It sounds like they waited to receive other offers, but that yours has officially expired. You probably have the highest offer because few will offer asking price for a foreclosure unless they know there will be a bidding war or they know it is significantly undervalued at the listing price. So if yours was the highest, they want to make sure they can begin working yours again with a valid contract (not expired). In TN, banks have an understanding of our homes' market value, so most are pricing them along with the rest of the market (maybe slightly under) in hopes to still get market value or close to it. Since your offer has expired, I would take this time to re-evaluate the situation and gather more research. I'm sure you did plenty prior to the offer, but foreclosures are a different bird...you can't be too prepared. What is the home really worth as you look at recent comparable sales, the "true" condition of the property, the costs it will take to bring it back up to market value (if it is not already in tip top condition and completely updated). Since it will be in "as is" condition, do you have someone who can truly evaluate the property to see the things that might be easily missed? Then you have to consider many things like...who really owns the property now? Is it in short sale where the bank is accepting offers but it's really in pre-foreclosure with the previous owner? If it's in pre-foreclosure, how many liens are on the property and which loan is in foreclosure? If it's one of several loans, then is the most senior loan in foreclosure or is it a secondary one? That is VERY important to know. Are there any other liens on the property for property taxes, income taxes, etc.? If the bank owns it outright, that is one thing, but if it is in the process of being foreclosed on...without much careful research you could unexpectedly end up with responsibility for certain liens. You will not get title insurance in this case, so it is your responsibility to research the title.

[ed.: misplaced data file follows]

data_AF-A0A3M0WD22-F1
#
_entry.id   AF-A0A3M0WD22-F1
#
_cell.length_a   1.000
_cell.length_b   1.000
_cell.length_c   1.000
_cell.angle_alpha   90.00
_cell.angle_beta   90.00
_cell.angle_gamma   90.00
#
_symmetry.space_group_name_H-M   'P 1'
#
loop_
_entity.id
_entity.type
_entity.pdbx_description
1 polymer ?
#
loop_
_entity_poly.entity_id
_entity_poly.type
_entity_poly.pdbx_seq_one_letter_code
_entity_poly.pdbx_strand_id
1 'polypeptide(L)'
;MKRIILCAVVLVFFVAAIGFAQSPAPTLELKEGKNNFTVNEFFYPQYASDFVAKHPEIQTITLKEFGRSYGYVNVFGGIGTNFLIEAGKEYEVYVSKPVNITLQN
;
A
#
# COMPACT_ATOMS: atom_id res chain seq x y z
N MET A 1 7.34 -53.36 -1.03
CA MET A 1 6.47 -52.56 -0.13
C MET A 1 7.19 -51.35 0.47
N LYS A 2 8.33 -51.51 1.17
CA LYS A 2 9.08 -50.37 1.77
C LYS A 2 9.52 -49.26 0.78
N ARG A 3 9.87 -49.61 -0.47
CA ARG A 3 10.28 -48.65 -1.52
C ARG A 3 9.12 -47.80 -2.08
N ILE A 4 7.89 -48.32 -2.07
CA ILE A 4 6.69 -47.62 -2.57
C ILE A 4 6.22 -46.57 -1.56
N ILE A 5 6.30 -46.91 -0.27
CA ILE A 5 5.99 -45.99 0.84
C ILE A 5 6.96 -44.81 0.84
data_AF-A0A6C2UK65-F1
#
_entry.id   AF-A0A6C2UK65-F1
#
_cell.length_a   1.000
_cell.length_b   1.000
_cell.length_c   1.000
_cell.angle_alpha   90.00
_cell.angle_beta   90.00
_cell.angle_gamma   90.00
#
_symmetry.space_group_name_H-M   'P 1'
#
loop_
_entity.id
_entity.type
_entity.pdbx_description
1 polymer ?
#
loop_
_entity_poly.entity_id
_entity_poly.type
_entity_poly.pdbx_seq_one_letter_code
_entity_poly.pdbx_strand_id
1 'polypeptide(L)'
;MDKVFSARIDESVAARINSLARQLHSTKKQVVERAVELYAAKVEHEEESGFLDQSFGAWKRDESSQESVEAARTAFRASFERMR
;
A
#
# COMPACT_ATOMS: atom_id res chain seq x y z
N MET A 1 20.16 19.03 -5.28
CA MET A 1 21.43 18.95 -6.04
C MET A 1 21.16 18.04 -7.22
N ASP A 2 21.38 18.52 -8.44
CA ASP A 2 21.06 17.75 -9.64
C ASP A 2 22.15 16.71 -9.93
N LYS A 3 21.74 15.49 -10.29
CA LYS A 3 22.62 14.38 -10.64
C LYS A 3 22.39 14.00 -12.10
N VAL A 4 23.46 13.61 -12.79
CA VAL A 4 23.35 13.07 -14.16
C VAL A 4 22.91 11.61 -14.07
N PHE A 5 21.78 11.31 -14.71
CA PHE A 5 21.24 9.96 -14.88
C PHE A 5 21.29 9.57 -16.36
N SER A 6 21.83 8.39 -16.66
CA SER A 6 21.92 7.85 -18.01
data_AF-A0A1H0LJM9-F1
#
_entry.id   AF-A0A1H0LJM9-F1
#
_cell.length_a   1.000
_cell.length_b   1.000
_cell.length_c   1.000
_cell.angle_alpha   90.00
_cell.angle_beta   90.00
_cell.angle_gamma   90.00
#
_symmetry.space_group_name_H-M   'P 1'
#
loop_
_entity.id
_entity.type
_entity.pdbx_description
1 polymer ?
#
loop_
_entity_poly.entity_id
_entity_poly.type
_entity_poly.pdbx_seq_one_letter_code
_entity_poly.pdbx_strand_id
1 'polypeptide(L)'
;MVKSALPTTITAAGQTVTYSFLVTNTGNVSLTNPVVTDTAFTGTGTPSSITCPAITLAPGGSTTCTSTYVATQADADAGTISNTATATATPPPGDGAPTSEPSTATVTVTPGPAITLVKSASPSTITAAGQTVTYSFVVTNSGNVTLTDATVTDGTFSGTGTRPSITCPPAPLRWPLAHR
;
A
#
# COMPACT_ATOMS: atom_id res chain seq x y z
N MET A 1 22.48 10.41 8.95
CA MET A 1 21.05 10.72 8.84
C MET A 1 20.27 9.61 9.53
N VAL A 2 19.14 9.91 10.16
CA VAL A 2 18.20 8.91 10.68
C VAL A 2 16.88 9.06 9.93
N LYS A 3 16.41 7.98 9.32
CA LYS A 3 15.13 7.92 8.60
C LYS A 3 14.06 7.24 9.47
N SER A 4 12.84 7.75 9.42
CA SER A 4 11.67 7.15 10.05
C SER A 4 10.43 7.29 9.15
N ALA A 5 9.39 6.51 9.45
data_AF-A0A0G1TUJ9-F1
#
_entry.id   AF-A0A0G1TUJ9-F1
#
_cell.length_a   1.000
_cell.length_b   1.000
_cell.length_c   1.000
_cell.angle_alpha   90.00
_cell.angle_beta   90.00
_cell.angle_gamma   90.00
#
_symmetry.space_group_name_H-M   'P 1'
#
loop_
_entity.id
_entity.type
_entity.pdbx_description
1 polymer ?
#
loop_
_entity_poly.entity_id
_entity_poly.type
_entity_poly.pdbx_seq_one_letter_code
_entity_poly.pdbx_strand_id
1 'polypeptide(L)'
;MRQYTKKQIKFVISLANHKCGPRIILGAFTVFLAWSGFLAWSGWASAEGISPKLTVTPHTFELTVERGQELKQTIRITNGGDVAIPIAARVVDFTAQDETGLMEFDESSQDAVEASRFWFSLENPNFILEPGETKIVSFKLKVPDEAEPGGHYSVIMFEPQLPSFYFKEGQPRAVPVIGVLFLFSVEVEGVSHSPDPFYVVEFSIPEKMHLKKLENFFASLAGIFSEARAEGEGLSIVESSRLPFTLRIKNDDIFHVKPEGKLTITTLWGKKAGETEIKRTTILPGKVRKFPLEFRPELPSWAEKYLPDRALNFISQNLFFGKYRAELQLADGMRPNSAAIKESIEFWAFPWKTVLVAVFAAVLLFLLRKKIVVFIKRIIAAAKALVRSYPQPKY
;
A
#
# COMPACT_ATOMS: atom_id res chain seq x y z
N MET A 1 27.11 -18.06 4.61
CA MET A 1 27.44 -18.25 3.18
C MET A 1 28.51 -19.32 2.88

If it is completely bank owned at this point, you will just have to know how to navigate through the hoops and know how to negotiate with them. I still recommend using a professional for this. They sell them as is, usually, so it needs to be a win/win for all, not just the bank. So price is where I would think the buyer has the most potential for a "win" out of the situation. How much did they acquire the property back for (what was the outstanding loan balance that was foreclosed?) How much is list over or under that? Compare that to market value using the last few months sales of comparable properties and see how much that is over or under that. How much $ work will be required, etc.? There are many more things, but I would start by making sure you have answers to some of the important questions (if some are unclear).
Tina Evans, Principal Broker